By Kayla Blatchley

A friend and I were preparing deviled eggs for a Superbowl party when I insisted on enhancing our deviled egg production with a few choice sentences from Diane Williams’ new story collection, Vicky Swanky Is a Beauty. How could I not—with the enthusiasm gathering in us of crushed yolks, globs of mayo, secret relish—pull my friend over to take a look at these sentences, these other small, new bursts of pleasure?

When I talk about Diane Williams, author of seven excellent short story collections and founding editor of the literary annual NOONI tend to talk about her sentences more than I talk about her stories. Her sentences contain an awful lot, and when put together into a whole story, the entirety gives me too much to say in one sitting. Too much to say, and a fear of ruining the pleasurable effect the story’s just had by putting too many other words around it.

The other main thing as to why I talk about her sentences, is that her sentences are brilliant. Her sentences can be plucked from their stories and stand alone devastating people. 

So, in order to say a little, but not too much, and as an excuse to publish a list of some of my very favorite sentences from Vicky Swanky Is a Beauty, I’d like to suggest a few methods by which pleasure can come about. First, the sentences:

“Another one of my boyfriends said helpfully there is a great difference between love, hatred, and desire, but nothing compels us to maintain these differences.”

From "Mood Which Gripped Me"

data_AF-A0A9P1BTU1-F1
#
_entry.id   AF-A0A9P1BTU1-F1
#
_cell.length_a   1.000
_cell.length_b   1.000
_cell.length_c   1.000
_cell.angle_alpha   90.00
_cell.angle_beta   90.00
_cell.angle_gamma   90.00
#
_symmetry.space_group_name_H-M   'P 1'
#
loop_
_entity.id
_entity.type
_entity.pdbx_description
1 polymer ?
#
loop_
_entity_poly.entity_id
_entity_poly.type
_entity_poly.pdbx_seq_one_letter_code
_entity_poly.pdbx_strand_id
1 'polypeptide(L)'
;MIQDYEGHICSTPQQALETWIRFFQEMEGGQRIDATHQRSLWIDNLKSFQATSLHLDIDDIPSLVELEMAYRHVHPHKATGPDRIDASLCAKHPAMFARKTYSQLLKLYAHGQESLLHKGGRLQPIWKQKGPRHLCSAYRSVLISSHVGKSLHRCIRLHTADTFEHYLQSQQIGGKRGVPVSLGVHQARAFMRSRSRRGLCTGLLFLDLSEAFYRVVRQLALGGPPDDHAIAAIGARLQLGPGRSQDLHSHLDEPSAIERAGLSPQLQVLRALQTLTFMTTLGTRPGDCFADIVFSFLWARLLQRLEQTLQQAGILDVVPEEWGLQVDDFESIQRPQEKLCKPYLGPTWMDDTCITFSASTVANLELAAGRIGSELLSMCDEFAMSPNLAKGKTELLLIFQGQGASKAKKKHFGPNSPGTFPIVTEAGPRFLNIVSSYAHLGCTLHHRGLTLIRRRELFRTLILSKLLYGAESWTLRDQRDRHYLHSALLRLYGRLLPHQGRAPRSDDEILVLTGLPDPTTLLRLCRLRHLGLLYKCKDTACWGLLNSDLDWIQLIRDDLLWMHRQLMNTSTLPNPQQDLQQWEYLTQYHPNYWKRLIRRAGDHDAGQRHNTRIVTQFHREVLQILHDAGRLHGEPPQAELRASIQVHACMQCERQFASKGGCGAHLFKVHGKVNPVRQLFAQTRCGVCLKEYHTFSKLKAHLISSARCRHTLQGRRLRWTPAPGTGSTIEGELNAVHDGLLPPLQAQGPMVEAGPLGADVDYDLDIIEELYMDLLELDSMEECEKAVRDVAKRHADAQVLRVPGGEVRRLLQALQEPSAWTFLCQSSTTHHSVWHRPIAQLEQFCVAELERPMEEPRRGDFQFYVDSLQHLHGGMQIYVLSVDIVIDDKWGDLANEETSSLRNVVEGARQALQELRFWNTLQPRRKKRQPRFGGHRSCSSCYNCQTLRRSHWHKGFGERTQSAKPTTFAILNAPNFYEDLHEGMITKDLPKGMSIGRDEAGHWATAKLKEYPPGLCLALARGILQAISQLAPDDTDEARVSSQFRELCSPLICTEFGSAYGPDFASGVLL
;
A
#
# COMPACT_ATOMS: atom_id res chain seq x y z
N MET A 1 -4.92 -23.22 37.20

“The mother experiences her losses with positivity. She even frames the notion of her own charm as she heads into her normal amount of it.”

From "Chicken Winchell"

“Her fate was being rigged for the rough surface.”

From "Mrs. Keable’s Brothers"

“The suspense in that moment had drawn me in and I was fascinated to hear my answer to her that was delivered in a weepy form.”

From "Arm Under the Soil"

“I seriously did not think I was in the state I describe as reserved for me.”

From "Expectant Motherhood"

My friend, who was helping with the deviled eggs, and who is well on her way to becoming a doctor, confessed to feelings of inadequacy with regard to talking about very smart literary fiction. I say put the fear aside. The point of reading is not always to then get a hold of something, as if the story is some riddle. Allow for the simple, intense pleasure in the sound of the words. Let the sentence make you think in a way you had not before, with a logic to the syntax that is surprising and fresh, somehow both very true at the same time that it is utterly unfamiliar. Permit yourself to remain in a state of uncertainty and wonder.